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1The wife of a viceroy.
- ‘Besides, one of the ladies-in-waiting just told me that the vicereine doesn't want any soup.’
- ‘The article contains a short commentary on the relationships Juana had with the two vicereines who were her protectors at different times in her life.’
- ‘He was ‘known for depictions of the wealthy marquesas and vicereines, the sumptuous and secular luxuries that confirm wealth and status upon the sitters.’’
- ‘Kipling mocked the place, viceroys and vicereines hated it, but here the British rulers of India spent most of their imperial century.’
- ‘He was on personal terms with every viceroy and vicereine and their staffs in the period between the 1890s and 1930s, and was awarded an Indian knighthood in 1929.’
- ‘She has already compiled the research for a book about the spheres of influence of the vicereines of India, most of whom did not have the right to vote, but still wielded considerable political influence.’
- ‘Knowing that the Church is cracking down on its perceived enemies, the vicereine offers Sister Juana her protection.’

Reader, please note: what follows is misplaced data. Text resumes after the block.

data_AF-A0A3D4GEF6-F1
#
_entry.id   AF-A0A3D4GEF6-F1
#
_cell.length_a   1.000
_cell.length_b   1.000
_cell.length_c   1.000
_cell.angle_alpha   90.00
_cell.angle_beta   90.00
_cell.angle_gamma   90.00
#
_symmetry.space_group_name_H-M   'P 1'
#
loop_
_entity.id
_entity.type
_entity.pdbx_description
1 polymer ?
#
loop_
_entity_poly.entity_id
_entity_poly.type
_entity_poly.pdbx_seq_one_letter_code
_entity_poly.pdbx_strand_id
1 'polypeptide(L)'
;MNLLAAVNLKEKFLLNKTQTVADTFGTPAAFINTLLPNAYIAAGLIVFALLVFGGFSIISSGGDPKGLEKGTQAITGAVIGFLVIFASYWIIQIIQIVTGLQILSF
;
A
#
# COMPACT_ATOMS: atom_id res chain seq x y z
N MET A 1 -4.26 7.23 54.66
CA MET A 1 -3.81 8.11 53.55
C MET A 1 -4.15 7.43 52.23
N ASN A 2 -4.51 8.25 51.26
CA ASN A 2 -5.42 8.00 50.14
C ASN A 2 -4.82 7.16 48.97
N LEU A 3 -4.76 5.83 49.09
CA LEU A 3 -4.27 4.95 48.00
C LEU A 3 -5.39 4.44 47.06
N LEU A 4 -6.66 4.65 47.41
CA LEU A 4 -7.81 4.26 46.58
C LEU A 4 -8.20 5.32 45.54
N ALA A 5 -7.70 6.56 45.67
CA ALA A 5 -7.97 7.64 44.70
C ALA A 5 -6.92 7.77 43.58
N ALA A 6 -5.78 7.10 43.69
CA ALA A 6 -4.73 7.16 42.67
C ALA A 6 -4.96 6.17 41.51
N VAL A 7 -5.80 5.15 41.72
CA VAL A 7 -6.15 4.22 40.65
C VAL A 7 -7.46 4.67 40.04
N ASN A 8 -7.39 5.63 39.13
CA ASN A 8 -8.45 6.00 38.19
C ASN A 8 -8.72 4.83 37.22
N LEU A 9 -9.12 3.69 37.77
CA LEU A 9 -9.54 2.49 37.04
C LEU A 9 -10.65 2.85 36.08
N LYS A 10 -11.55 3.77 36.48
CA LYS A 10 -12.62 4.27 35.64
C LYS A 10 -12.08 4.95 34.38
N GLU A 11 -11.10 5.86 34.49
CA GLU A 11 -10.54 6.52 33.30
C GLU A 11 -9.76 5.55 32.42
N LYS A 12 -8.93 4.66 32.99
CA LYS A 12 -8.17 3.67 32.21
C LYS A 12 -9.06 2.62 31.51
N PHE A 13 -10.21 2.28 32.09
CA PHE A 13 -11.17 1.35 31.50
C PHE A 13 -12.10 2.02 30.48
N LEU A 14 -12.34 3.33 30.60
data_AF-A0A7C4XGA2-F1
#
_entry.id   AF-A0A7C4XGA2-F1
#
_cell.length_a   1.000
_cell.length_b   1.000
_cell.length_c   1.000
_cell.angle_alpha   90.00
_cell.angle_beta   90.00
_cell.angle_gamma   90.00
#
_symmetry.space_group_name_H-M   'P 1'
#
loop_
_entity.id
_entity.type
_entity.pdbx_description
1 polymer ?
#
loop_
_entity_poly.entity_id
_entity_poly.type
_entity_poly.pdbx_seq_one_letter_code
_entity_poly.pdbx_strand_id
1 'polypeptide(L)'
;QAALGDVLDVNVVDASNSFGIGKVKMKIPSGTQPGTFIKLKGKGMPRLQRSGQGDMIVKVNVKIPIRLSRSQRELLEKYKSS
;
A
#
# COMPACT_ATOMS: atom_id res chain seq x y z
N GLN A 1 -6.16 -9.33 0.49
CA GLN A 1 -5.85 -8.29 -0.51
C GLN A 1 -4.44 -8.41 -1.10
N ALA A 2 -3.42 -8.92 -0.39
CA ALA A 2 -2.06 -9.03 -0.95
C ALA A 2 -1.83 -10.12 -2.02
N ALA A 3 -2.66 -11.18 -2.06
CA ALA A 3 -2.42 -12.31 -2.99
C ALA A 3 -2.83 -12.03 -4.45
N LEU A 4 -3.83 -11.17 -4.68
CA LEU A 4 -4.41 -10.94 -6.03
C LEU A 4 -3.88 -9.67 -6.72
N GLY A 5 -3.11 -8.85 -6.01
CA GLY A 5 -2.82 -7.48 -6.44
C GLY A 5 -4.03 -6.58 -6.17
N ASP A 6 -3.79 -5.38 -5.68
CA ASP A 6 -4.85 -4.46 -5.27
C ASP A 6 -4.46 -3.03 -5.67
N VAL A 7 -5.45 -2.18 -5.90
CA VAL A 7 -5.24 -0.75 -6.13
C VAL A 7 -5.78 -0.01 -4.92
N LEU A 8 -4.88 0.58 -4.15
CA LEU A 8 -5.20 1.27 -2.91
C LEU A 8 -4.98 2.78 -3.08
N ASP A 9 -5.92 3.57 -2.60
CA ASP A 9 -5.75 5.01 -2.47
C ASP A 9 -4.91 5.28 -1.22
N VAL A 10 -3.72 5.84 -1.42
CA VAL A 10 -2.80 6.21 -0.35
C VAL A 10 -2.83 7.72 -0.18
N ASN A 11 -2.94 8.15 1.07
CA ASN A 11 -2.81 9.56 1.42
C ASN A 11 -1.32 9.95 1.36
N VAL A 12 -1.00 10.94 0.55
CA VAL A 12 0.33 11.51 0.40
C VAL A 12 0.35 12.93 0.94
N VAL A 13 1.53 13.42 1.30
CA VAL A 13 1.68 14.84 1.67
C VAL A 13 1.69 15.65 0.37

- ‘The oldest photographic business in the world, it possesses pictures of a succession of kings, queens, viceroys, vicereines, spiritual leaders, business achievers and society ladies.’
- ‘Braden is particularly concerned with the complex relationship between Juana and the vicereines of Mexico: the countesses of Paredes and Galve, and the marquise of Mancera.’
- ‘Through the vicereine, Sor Juana's works were sent to the Royal Court at Madrid.’
- 1.1 A female viceroy.
- ‘Another achievement is the important role of women, who have become vicereines, first ministers, national directors, or secretaries.’
Early 19th century: from French, from vice- in place of + reine queen.
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